We met with the physician and she kindly said, “Oh, Kait, I’m so sorry. I know this isn’t what you wanted, but we’re going to take good care of you and your baby.” And she did. The medical team worked very quickly to get us prepped and into the operating room. Through all of it my contractions never stopped, they only became more intense until the anesthesiologist administered the spinal and I could no longer feel them. My husband came and sat behind my head, peeking over the blue curtain to watch the operation and get the first glimpse at our baby. When the surgical team delivered my baby my husband oooed and ahhed and said hello to our baby girl from across the curtain. As they ushered him over to assist with baby care the doctor called out to me, “You made the right decision at just the right time, Kait. She was stuck on a Bandl’s Ring in your uterus.” A Bandl’s Ring? What is that? I didn’t read about that in all of my studying during pregnancy. No one talked about that as a possible labor complication. After she had finished putting my organs back in their rightful place and stitched me up, my doctor came around to explain just what she had discovered when she opened up my uterus. “A Bandl’s Ring,” she explained, “develops when part of the uterus stretches and thins out, becoming weaker and rupture becomes imminent. They’re pretty rare and we don’t know exactly why they happen or if it will happen again. But we do know that if a mother is left to labor with a Bandl’s Ring the results can certainly be fatal for both baby and mom. You made the right call. Both you and your daughter are going to be just fine.”
I thanked the team for being so compassionate and sensitive and for essentially saving our lives. My husband snuggled our baby girl while escorting me to the post anesthesia care unit where I held and nursed my daughter for the first time. She was beautiful, all nine pounds, three ounces of her. She nursed like a champion and I cried tears of joy for being able to do something right for her on her first day Earth side.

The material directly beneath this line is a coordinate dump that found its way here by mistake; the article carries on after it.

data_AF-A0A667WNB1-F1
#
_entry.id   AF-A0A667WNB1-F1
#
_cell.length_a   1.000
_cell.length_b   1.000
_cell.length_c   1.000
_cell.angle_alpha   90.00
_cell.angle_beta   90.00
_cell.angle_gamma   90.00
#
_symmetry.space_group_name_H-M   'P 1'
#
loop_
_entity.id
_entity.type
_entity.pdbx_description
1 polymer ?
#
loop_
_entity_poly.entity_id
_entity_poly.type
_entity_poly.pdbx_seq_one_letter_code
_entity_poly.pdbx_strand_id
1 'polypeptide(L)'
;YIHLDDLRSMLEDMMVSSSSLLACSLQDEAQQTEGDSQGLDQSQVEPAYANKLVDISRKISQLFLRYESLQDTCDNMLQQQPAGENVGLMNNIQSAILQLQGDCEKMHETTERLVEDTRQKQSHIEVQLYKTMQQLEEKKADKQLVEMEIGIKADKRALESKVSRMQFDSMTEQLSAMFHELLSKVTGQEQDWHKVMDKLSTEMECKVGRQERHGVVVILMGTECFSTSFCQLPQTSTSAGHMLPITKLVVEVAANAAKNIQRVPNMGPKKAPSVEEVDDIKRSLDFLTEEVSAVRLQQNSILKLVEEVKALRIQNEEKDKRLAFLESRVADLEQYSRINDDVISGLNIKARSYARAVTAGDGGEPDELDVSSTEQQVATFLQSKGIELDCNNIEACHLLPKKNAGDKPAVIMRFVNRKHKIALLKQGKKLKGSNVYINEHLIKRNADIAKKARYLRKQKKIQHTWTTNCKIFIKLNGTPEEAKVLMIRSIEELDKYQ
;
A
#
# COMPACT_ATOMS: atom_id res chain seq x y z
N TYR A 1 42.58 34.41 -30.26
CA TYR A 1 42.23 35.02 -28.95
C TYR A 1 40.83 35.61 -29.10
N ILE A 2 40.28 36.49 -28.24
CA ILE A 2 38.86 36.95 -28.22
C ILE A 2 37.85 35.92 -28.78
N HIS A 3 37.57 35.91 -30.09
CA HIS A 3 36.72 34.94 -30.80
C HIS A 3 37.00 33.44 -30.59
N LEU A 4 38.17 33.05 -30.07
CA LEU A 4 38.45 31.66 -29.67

Everyone in the hospital told me how wonderful my incision and scar looked. It has seemingly healed very well and I am not ashamed or embarrassed by my scar. Even since I’ve lost all of the baby weight and then some, getting myself back down to a healthy place, the scar does not bother me. What bothers me is the fact that I was not capable of giving birth to my first child. I labored with her, I encouraged her, and I tried to do all of the right things but was still unable to give birth to her. She had to be delivered by someone else. It’s not the scar that reminds me of that – it’s just something I won’t forget. I had not planned on being so physically and emotionally exposed for so long after delivery. But our daughter was healthy and strong. She always has been.
Now four years later, at 37 weeks pregnant with our second child, I can’t even see or really feel my scar. I am planning a vaginal birth with this baby. I have a new care team and will be attempting the VBAC in a different hospital with midwives who believe in birth and believe in me. I don’t know exactly how it’s going to play out, but I do feel confident in the team I’ve chosen to care for me at a time when I will feel immensely vulnerable. I need them to believe in my body more than I do. I want to know that my body is as strong and capable as I once believed it to be. This birth is important. All births are important because how our children come into this world DOES matter.
Rachel Mily is a regional photographer for ABB Project based in Pennsylvania, USA. To book a shoot with her visit: http://milyphoto.com/